The 2009 Fed Cup final, featuring team USA and team Italy, takes place this weekend on a clay court in Reggio Calabria, in southern Italy. After completing the draw ceremony, the players had their photos taken and did some buffet dining, and they are now ready for the main event:

Round 1: Flavia Pennetta vs. Alexa Glatch
Round 2: Francesca Schiavone vs. Melanie Oudin
Round 3: Flavia Pennetta vs. Melanie Oudin
Round 4: Francesca Schiavone vs. Alexa Glatch
Round 5: Sara Errani/Roberta Vinci vs. Liezel Huber/Vania King

In case you are not that familiar with Fed Cup, here are some things you should know:

  • The USA has a 9-0 head-to-head record against Italy in Fed Cup play.
  • Italians are clay court specialists; North Americans are not.
  • Roberta Vinci has a 13-0 doubles win record in Fed Cup play.
  • Flavia Pennetta has had some injury issues lately.
  • Melanie Oudin is probably under as much pressure as we think she is under.
  • Francesca Schiavone has been known to turn into an Italian Superwoman in Fed Cup matches.
  • Alexa Glatch won both of her matches against the Czech Republic earlier this season.
  • The team captains may make substitutes, provided official rules are followed.

Bali semifinals to be played tomorrow

Top seed Marion Bartoli, who represents Group A, increased her Bali round robin record to 2-0 today, which puts her into the semifinals. Bartoli defeated Shahar Peer 6-3, 6-2.

In Group B, Maria Jose Martinez Sanchez got a ticket to the semifinals when she defeated Sam Stosur, 7-6, 7-5.

In Group C, Vera Dushevina defeated Anabel Medina Garrigues, which gives Medina Garrigues a 0-2 record. However, Dushevina--who, as an alternate, replaced Yanina Wickmayer--does not get Wickmayer's one win to count as part of her record, so she is out of the running. Kimiko Date Krumm has a 1-1 record and goes to the semifinals.

Group D's winner today was Sabine Lisicki, who defeated Melinda Czink 6-2, 6-7, 6-4. The semifinalist from that group is Aravane Rezai.

Here are the standings, after three rounds:

Bartoli: 2-0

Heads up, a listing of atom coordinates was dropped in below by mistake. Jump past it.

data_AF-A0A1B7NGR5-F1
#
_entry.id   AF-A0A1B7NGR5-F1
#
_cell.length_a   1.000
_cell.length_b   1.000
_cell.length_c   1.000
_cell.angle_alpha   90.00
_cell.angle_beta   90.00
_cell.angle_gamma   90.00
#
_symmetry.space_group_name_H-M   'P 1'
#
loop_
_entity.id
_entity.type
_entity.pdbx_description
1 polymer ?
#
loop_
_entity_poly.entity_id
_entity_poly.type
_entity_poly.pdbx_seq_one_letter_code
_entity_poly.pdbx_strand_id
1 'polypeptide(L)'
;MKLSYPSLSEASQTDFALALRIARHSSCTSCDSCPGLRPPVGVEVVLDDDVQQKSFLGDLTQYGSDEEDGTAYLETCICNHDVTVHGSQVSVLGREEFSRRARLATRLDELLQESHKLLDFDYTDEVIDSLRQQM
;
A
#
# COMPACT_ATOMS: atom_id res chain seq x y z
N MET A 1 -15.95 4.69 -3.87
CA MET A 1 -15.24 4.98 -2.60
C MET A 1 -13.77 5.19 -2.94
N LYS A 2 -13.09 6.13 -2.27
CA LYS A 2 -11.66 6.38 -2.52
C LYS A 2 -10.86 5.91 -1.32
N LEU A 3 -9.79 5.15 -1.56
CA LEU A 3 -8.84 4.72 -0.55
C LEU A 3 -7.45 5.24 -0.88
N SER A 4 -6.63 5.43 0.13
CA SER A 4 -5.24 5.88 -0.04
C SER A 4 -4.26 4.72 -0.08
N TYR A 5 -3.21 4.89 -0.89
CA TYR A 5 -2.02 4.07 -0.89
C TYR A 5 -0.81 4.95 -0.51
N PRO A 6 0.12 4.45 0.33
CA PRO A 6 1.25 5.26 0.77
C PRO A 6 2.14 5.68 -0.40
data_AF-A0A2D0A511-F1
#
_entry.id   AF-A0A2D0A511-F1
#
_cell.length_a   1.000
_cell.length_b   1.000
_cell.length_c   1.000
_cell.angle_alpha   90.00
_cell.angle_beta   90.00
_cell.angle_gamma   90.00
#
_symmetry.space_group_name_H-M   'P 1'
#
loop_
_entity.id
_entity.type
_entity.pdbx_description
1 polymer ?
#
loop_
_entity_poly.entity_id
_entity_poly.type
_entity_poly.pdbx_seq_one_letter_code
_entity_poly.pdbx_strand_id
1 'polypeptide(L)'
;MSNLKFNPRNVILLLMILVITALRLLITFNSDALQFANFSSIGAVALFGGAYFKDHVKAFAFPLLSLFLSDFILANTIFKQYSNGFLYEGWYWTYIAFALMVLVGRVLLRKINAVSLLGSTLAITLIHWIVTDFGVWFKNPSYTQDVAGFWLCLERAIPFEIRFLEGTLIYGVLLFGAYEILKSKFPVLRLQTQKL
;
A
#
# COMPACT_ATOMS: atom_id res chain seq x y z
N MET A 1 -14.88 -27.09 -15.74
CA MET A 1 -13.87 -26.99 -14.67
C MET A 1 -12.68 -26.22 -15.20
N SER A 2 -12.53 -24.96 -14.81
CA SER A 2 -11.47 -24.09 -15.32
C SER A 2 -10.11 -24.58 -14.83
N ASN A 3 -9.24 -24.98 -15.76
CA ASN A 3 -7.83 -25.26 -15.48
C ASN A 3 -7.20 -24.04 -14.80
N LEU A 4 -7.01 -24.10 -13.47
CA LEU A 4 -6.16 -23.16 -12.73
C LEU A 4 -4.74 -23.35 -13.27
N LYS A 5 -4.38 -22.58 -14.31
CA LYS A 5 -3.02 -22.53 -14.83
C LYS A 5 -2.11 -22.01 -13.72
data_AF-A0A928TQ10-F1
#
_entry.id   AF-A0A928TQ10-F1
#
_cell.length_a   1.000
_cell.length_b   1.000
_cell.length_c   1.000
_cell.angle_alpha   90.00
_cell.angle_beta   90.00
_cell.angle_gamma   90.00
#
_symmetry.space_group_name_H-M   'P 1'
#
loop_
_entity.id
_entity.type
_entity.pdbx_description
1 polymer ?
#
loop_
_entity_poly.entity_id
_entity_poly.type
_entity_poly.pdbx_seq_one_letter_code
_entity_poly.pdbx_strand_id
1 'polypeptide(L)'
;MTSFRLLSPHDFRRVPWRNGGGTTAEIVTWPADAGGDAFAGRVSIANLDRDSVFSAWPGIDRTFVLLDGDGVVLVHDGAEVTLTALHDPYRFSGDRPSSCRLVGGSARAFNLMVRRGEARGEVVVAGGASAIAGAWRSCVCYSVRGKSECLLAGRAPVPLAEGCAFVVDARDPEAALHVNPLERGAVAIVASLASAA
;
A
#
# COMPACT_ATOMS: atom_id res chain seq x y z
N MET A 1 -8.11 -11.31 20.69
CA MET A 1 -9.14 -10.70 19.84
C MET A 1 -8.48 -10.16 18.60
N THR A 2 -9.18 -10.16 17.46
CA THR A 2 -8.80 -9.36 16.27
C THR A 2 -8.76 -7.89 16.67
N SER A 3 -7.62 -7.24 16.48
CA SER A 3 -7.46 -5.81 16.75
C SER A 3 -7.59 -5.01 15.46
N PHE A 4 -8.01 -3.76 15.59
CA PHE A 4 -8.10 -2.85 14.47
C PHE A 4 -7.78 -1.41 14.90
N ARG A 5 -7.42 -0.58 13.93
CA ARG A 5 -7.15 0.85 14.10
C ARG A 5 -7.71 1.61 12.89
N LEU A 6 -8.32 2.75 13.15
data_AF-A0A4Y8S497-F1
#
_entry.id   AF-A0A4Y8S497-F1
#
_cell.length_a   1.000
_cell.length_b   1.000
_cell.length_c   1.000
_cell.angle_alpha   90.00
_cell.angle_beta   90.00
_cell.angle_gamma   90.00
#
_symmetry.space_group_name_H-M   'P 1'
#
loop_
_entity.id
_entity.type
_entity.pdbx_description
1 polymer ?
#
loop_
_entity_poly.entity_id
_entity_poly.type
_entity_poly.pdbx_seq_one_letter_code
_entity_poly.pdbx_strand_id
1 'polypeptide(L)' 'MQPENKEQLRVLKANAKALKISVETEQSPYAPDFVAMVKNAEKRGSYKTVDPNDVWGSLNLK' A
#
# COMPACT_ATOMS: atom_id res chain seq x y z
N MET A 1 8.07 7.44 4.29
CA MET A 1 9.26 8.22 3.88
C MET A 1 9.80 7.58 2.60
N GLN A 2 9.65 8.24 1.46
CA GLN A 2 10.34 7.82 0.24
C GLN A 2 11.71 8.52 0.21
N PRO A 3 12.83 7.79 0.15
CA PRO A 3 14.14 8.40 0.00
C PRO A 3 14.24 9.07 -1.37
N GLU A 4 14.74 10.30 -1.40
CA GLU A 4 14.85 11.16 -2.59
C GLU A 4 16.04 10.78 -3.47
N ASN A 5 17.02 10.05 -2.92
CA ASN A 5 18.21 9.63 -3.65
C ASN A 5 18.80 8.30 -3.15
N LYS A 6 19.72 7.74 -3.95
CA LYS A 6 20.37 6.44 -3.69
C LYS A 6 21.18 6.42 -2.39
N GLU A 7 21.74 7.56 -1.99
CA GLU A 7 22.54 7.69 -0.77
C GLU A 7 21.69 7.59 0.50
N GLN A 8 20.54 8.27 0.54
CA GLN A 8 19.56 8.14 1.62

Peer: 1-1
Rybarikova: 0-2

Stosur: 1-1
Martinez Sanchez: 2-0
Szavay: 0-2

Wickmayer: 1-0
(Dushevina: 1-0)
Medina Garrigues: 0-2
Date Krumm: 1-1

Lisicki: 1-1
Czink: 0-2
Rezai: 2-0

In the semifinals, Bartoli will play Date Krumm, and Rezai will play Martinez Sanchez.

Friday cat blogging--That's what friends are for edition

Thursday, November 5, 2009

Wickmayer gets 1-year suspension

Just a little over a week ago, I reported that Yanina Wickmayer was unlikely to be suspended for violating the anti-doping "whereabouts rule." Though a warning was recommended by the Belgian anti-doping tribunal prosecutor, the tribunal voted in favor of a one-year suspension.

The International Tennis Federation reported today that it had not received written notification from the Belgian tribunal about the suspension, and therefore could not comment on it.

Wickmayer, who is playing in the CommonwealthBank Tournament of Champions in Bali this week, was told that the suspension begins immediately, but that she may appeal it, which she intends to do. The Belgian has maintained for some time that she attempted to make her whereabouts known to anti-doping authorities, but the computer password system malfunctioned. Registered mail sent to her house could not be opened because she was traveling and could not sign for it.

Rezai successful in Bali

Aravane Rezai, who defeated Sabine Lisicki earlier this week at the CommonwealthBank Tournament of Champions, defeated Melinda Czink today. Rezai's 6-3, 7-5 victory in Group D puts her into the semifinals.

In Group A, Shahar Peer defeated Magdalena Rybarikova 6-1, 7-6. This was Rybarikova's second loss in as many rounds. In Group B, the winner was Maria Jose Martinez Sanchez, who defeated Agnes Szavay. And in Group D, Kimiko Date Krumm defeated Anabel Medina Garrigues 6-4, 6-3.

Here are the standings so far:

Bartoli: 1-0
Peer: 1-0
Rybarikova: 0-2

Stosur: 1-0
Martinez Sanchez: 1-0
Szavay: 0-2

Wickmayer: 1-0
Medina Garrigues: 0-2
Date Krumm: 1-1

Lisicki: 0-1
Czink: 0-1
Rezai: 2-0

Wednesday, November 4, 2009

Bartoli succeeds in 1st day round robin play in Bali

Top seed Marion Bartoli, a member of the CommonwealthBank Tournament of Champions Group A, began her tournament well today with a 6-4, 6-4 win over Magdalena Rybarikova.

In Group B, Samantha Stosur defeated Agnes Szavay 6-2, 3-6, 6-1. Stosur hit 10 aces; Szavay, unfortunately, double-faulted 12 times.

The winner in Group C was Yanina Wickmayer, who defeated wild card Kimiko Date Krumm 7-5, 6-3. And in Group D, Aravane Rezai defeated wild card Sabine Lisicki 1-6, 6-3, 6-4. Lisicki is also seeded 4th in competition.

Tomorrow's competition:

Group A: Shahar Peer vs. Magdalena Rybarikova
Group B: Maria Jose Martinez Sanchez vs. Agnes Szavay
Group C: Anabel Medina Garrigues vs. Kimiko Date Krumm
Group D. Melinda Czink vs. Aravane Rezai

Tuesday, November 3, 2009

2010 season doubles pairings a bit of a mystery

In her Doha blog, Liezel Huber hints that big changes are in store for doubles teams next season. Of course, that really wouldn't be anything new--for various reasons, many players change doubles partners quite a bit. A few players have consistent partners, and some--like Gisela Dulko--have more than one partner, and rotate, depending on the tournament.